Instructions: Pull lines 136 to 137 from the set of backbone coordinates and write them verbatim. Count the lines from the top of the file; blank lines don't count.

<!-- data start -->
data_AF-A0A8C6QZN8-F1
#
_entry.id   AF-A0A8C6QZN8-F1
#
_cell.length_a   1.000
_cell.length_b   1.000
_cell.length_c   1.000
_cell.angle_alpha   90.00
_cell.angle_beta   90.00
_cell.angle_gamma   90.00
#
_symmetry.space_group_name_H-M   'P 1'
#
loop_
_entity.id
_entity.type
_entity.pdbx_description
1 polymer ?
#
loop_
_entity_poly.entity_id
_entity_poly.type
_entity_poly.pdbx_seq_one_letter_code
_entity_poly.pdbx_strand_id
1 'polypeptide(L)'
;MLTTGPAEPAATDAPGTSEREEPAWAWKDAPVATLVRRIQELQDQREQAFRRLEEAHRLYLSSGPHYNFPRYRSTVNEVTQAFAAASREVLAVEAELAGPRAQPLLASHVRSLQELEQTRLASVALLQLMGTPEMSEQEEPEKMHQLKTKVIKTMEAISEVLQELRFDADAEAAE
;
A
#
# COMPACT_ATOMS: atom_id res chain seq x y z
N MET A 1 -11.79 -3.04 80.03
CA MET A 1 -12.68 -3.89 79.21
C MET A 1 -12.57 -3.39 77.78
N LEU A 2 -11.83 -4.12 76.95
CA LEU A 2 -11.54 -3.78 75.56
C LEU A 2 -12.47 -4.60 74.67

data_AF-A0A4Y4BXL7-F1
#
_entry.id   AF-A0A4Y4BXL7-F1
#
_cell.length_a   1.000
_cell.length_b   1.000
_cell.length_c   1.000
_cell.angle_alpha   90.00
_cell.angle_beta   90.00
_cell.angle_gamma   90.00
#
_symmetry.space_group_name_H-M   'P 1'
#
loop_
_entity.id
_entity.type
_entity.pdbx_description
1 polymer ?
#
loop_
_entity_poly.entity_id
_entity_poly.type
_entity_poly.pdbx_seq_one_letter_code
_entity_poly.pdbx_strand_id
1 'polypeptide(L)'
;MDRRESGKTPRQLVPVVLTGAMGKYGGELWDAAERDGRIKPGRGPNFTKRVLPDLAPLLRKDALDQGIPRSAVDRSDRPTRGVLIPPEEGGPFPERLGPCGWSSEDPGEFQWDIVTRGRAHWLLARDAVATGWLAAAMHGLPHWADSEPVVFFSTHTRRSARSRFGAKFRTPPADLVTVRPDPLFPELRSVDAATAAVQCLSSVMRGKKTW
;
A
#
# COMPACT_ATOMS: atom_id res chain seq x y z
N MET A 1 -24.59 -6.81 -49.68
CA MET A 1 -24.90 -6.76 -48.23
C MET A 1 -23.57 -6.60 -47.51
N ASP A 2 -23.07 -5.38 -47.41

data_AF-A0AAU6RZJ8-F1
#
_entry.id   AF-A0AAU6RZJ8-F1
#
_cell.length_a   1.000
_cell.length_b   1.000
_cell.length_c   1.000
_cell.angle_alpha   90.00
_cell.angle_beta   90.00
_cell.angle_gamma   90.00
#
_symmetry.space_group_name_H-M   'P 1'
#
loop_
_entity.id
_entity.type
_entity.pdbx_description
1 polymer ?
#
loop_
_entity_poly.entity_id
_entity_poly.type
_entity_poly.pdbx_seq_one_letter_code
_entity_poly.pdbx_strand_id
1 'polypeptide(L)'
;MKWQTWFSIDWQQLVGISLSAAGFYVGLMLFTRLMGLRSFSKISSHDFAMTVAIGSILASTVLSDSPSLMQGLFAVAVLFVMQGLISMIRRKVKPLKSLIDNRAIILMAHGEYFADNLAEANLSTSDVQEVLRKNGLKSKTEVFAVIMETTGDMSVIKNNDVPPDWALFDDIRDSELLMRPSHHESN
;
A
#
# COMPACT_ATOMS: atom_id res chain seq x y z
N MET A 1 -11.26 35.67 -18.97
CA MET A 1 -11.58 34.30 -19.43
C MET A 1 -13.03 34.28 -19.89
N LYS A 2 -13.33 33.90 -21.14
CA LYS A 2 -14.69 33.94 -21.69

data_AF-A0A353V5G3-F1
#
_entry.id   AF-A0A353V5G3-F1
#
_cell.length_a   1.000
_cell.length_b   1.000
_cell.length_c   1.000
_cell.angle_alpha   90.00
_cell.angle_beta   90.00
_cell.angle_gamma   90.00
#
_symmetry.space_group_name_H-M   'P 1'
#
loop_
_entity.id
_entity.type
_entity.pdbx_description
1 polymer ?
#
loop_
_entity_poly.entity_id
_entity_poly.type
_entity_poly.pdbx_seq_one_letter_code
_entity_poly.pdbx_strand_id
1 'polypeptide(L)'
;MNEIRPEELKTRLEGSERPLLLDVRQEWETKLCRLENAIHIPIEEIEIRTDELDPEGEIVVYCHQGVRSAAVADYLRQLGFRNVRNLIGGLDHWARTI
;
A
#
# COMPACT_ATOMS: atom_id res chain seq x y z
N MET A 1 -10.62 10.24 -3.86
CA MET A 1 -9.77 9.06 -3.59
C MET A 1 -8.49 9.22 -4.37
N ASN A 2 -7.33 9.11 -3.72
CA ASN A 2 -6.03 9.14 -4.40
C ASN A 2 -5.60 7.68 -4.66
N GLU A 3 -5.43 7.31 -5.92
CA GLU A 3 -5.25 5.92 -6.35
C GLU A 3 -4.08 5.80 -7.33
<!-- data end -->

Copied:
N MET A 1 -10.62 10.24 -3.86
CA MET A 1 -9.77 9.06 -3.59